could be characterised as revolts against civilisation itself: the Cultural Revolution, or the Khmers Rouges.

Only recently, in Rwanda,

ordinary people were transformed into pitiless murderers by demagogic appeals over the radio. They achieved a rate of slaughter with their machetes never equalled even by the Nazis.

In the circumstances,

one might have supposed that a principal preoccupation of intellectuals would be the maintenance of the boundaries that separate civilisation from barbarism.

One would be wrong.

Some have embraced barbarism; others have remained unaware that boundaries do not maintain themselves and are in need of maintenance and sometimes vigorous defence.

Screen Shot 2015-08-09 at 12.54.10The prestige intellectuals confer upon antinomianism

soon communicates itself to nonintellectuals. What is good for the bohemian sooner or later becomes good for the unskilled worker, the unemployed, the welfare recipient — the very people most in need of boundaries to make their lives tolerable or allow them hope of improvement. The result is moral, spiritual, and emotional squalor, engendering fleeting pleasures and prolonged suffering.

Civilisation

Screen Shot 2015-08-09 at 12.55.17needs conservation as much as it needs change, and immoderate criticism, or criticism from the standpoint of utopian first principles, is capable of doing much — indeed devastating — harm. No man is so brilliant that he can work everything out for himself, so that the wisdom of the ages has nothing useful to tell him. To imagine otherwise is to indulge in the most egotistical of hubris.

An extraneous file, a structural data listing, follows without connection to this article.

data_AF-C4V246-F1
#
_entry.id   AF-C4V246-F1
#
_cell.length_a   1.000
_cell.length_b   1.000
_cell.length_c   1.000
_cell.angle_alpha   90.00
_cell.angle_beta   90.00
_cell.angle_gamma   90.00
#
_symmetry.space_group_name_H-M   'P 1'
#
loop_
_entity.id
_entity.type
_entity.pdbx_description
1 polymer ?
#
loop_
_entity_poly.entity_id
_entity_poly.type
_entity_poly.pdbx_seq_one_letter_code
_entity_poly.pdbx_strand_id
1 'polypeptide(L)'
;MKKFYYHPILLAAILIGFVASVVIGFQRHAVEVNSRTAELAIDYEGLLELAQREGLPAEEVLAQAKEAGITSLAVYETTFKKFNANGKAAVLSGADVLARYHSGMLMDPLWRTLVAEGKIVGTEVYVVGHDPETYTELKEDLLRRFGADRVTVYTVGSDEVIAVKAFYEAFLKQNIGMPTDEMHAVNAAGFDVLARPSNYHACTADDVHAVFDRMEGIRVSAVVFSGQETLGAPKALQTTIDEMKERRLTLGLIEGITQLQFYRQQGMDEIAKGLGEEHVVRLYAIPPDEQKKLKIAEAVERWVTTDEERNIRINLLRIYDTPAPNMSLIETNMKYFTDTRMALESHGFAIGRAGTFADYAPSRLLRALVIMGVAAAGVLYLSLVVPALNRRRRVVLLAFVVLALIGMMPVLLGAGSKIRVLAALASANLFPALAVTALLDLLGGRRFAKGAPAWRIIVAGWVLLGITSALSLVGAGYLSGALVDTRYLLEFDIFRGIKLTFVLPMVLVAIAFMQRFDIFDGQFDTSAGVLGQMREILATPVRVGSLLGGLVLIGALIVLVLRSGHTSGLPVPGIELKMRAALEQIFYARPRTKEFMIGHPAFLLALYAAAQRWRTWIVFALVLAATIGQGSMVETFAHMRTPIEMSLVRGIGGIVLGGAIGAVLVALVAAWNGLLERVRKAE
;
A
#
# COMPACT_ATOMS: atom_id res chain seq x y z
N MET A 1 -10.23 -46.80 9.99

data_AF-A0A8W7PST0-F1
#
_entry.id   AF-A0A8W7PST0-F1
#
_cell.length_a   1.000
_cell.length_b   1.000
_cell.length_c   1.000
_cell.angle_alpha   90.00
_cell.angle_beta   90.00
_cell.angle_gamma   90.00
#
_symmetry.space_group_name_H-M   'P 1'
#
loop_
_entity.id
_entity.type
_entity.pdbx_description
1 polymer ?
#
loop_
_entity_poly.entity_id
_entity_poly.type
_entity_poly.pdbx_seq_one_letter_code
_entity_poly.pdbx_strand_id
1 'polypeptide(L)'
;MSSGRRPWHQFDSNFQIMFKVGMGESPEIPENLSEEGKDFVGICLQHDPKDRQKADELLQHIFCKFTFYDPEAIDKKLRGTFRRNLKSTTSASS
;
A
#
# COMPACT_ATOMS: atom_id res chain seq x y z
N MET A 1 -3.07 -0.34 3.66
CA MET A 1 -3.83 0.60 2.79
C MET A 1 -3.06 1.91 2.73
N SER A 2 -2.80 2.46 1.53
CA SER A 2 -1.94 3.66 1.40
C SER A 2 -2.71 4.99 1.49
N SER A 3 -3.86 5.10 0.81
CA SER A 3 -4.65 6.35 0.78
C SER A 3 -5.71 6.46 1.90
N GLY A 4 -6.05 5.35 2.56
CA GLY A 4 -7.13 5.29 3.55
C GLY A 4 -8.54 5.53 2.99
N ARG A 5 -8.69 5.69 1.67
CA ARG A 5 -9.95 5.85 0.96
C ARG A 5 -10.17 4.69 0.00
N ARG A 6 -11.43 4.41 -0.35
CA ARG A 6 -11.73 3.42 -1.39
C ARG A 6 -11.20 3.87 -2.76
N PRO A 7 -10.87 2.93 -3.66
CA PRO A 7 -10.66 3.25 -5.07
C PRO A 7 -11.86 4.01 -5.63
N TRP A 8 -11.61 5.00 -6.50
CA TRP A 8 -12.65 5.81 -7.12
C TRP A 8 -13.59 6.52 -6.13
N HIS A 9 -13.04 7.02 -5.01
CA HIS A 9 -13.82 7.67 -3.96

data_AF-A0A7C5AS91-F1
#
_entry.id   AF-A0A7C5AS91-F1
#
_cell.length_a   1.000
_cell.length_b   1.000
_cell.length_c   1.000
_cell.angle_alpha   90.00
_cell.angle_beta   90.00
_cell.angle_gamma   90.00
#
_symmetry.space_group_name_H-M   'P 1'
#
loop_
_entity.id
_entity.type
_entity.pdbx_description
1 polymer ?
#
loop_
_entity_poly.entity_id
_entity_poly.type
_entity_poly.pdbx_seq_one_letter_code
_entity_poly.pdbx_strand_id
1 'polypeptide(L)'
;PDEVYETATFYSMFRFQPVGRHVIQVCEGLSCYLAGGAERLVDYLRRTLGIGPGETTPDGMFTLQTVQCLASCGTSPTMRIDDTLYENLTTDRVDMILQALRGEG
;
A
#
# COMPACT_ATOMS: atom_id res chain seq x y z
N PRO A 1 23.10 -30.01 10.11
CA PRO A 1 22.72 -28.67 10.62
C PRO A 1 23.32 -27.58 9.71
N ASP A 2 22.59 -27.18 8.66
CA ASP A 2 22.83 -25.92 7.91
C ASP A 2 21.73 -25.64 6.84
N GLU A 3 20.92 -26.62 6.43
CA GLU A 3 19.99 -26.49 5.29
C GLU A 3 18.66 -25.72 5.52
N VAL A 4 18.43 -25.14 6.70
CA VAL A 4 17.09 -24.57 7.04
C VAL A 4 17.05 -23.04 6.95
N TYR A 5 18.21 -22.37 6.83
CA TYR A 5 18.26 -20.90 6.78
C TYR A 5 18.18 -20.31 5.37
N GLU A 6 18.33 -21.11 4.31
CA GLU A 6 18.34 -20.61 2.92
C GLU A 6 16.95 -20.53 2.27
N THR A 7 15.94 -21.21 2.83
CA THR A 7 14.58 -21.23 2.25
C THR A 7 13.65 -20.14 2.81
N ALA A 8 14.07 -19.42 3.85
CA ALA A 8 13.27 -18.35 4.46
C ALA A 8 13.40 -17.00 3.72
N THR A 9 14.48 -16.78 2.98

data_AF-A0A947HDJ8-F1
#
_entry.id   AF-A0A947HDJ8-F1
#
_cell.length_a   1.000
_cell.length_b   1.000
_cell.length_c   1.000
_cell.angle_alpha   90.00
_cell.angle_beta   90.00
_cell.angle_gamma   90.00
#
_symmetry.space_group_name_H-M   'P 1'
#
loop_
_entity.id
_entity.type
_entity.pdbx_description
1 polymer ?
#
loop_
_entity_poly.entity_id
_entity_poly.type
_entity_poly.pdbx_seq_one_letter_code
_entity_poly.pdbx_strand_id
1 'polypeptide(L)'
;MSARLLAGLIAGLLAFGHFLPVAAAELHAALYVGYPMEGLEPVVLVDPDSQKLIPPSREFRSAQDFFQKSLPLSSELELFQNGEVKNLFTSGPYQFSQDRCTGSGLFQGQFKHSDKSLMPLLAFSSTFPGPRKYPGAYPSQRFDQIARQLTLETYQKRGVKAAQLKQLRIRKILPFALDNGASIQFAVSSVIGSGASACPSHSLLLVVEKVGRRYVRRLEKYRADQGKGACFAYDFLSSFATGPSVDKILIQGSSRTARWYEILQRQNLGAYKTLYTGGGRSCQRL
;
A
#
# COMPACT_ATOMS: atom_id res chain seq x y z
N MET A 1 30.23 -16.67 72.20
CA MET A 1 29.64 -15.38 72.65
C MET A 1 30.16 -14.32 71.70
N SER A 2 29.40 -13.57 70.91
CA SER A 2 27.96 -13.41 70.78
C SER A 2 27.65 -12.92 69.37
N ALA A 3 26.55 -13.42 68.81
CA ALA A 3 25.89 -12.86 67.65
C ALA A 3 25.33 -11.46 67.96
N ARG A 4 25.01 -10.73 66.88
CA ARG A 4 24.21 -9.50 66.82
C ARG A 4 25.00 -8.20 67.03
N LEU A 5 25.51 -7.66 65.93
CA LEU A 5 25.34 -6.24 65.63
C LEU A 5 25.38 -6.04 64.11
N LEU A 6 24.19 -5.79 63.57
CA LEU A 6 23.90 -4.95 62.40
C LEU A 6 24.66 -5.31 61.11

The disastrous notions of the underclass about how to live

derive from the unrealistic, self-indulgent, and often fatuous ideas of social critics.

 

Ugliness, be thou my beauty

Screen Shot 2015-06-24 at 09.05.43The squalor and degradation that is Western popular culture

Two windows on the sordor:

  • obituaries of pop stars in the newspaper
  • a walk in the street

Pop stars, writes Dalrymple, fall into two groups:

  1. those who retire into the life of the squirearchy, the pleasures of whose kind of life they have done so much to destroy for others
  2. those who die young

There is nothing like the sordid for getting ahead

Romantics view self-destructive behaviour

as the sign of a great soul.

De Quincey wrote:

Pain driven to agony, or grief driven to frenzy, is essential to the ventilation of profound natures.

But, Dalrymple points out,

it is an elementary error of logic to suppose that, because profound natures ventilate agonised frenzy, those who ventilate agonised frenzy have profound natures.

Take punk. Its ‘ethic’ consists, explains Dalrymple, of

an utterly conformist non-conformity and an insensate individualism without individuality, allied to brutal and deliberate bad taste.

Self-harm

For instance,